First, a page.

The ketogenic diet is known to deplete glycogen stores, which subsequently leads to frequent urination. One of the consequences of increased urine output on a keto diet is electrolyte imbalances. Three electrolytes that are most problematic when starting keto are sodium, potassium, and magnesium. If you develop imbalances in these electrolytes, you will develop symptoms like fatigue, muscle cramps, brain fog, and irritability.
To prevent and counteract electrolyte imbalances, Dr. Stephen Phinney, a keto diet expert and founder of Virta Health recommends taking 3-5g of sodium, 3-4g of potassium, and 300-500mg of magnesium. You can get these from table salt, bouillon cubes, vegetables, and electrolyte supplements. Also, make sure to balance out your electrolytes intake with your fluids intake since both are interdependent.
5. Not Watching Calories
You'll often come across claims that the keto diet does not necessitate calorie restriction to cause weight loss. This is simply not true. For any diet to work, the amount of calories you are taking in needs to be lower than the calories you're burning. Where keto does shine is in making calorie restriction easy because it suppresses appetite and in helping burn 400-600 calories through metabolic processes necessary to maintain ketosis.
What this all means is that keto is likely going to lead to you eating less, so you won't need to put too much thought into calorie restriction. But if you're an emotional eater or find that the keto diet is not curbing your hunger, then keeping a watch on your calorie intake is wise. Again, diet apps help with this.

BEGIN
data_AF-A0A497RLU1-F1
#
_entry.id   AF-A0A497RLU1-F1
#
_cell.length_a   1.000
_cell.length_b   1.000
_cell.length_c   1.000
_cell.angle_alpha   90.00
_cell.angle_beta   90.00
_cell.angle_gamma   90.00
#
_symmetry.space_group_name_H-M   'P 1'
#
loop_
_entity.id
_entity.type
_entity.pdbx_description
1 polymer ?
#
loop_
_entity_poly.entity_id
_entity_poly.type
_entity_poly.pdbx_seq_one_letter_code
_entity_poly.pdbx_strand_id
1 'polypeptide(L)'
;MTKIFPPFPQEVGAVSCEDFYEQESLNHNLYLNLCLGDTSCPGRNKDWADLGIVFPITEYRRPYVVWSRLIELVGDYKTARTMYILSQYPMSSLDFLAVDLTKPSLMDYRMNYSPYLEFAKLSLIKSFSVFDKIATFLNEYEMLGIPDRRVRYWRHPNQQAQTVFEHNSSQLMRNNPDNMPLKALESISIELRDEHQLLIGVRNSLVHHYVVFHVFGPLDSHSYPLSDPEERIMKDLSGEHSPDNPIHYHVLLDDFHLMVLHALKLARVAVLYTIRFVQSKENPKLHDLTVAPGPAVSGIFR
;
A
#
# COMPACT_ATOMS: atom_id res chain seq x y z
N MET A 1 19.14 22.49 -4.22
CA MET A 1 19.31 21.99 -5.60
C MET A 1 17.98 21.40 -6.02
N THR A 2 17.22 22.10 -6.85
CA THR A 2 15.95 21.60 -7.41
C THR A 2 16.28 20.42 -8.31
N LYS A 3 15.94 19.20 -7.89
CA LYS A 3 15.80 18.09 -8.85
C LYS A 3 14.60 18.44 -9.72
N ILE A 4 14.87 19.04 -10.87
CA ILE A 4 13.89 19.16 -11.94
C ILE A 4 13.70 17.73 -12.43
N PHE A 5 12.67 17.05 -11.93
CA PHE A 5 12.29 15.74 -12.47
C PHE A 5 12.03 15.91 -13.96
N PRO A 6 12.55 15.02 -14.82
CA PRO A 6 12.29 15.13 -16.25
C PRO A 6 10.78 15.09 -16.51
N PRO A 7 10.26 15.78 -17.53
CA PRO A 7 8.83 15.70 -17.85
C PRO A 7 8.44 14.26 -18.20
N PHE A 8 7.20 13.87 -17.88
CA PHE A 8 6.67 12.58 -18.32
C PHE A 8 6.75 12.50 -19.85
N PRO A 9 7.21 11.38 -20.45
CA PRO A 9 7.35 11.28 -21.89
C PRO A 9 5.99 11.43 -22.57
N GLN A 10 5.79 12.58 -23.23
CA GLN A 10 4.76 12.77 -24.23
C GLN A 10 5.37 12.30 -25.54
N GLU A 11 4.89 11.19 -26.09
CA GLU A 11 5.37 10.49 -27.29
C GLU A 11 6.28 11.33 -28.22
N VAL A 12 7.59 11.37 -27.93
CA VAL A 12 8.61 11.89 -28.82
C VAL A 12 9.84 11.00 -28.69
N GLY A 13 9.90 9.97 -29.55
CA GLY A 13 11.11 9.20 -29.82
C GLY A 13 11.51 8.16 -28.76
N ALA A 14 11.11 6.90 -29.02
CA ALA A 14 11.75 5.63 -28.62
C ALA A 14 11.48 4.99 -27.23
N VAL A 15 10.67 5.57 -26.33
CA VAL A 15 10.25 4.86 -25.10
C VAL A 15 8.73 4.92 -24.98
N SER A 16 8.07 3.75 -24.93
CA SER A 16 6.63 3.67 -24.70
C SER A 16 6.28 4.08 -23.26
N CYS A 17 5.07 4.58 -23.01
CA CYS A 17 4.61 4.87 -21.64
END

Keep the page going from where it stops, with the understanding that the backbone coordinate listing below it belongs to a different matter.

6. Eating Too Much Protein
Another problem with restricting carbohydrates to less than 10% of your daily calories is that it's easy to go overboard with protein. There are two reasons this can be problematic on keto. First, too much dietary protein is linked to kidney stones, osteoporosis, cancer, liver disorders, and arteriosclerosis. And secondly, too much protein can increase your blood glucose levels through gluconeogenesis. Gluconeogenesis is a metabolic pathway that converts protein into glucose.
To avoid eating too much protein, focus on eating high-fat meat, fish, and dairy and avoid lean and skimmed products. Examples of food to include are sardines, minced beef, pork belly, and chicken thighs. Other foods with moderate protein content include eggs, nuts, seeds, berries, and keto vegetables.
7. Not Fasting
Skipping meals occasionally is acceptable and even good on a keto diet. What this does is deplete your glycogen stores, cause drops in blood glucose, and boosts ketone production. While you can definitely achieve deep ketosis with diet alone, most people benefit from an occasional fast. Studies have even found that fasting helps with weight loss and even increase longevity.
The most popular way to fast on keto is intermittently. Intermittent fasting (IF) is when you fast for a defined period of time, usually 8-16 hours, and eat food within a feeding window. Having your last meal at 8 PM, skipping breakfast, and eating again in the afternoon is considered IF.
Mistakes are common on any diet, but they're more frequent on restrictive diets such as keto. This diet, which reduces carbs to fewer than 50g per day, is difficult to follow. And if you listen to wrong advice and follow the diet incorrectly, you will fail on this diet miserably.
Make sure to keep these 7 common keto diet mistakes in mind if you plan on starting your keto diet journey. Learn from others' mistakes and your chances of succeeding become greater.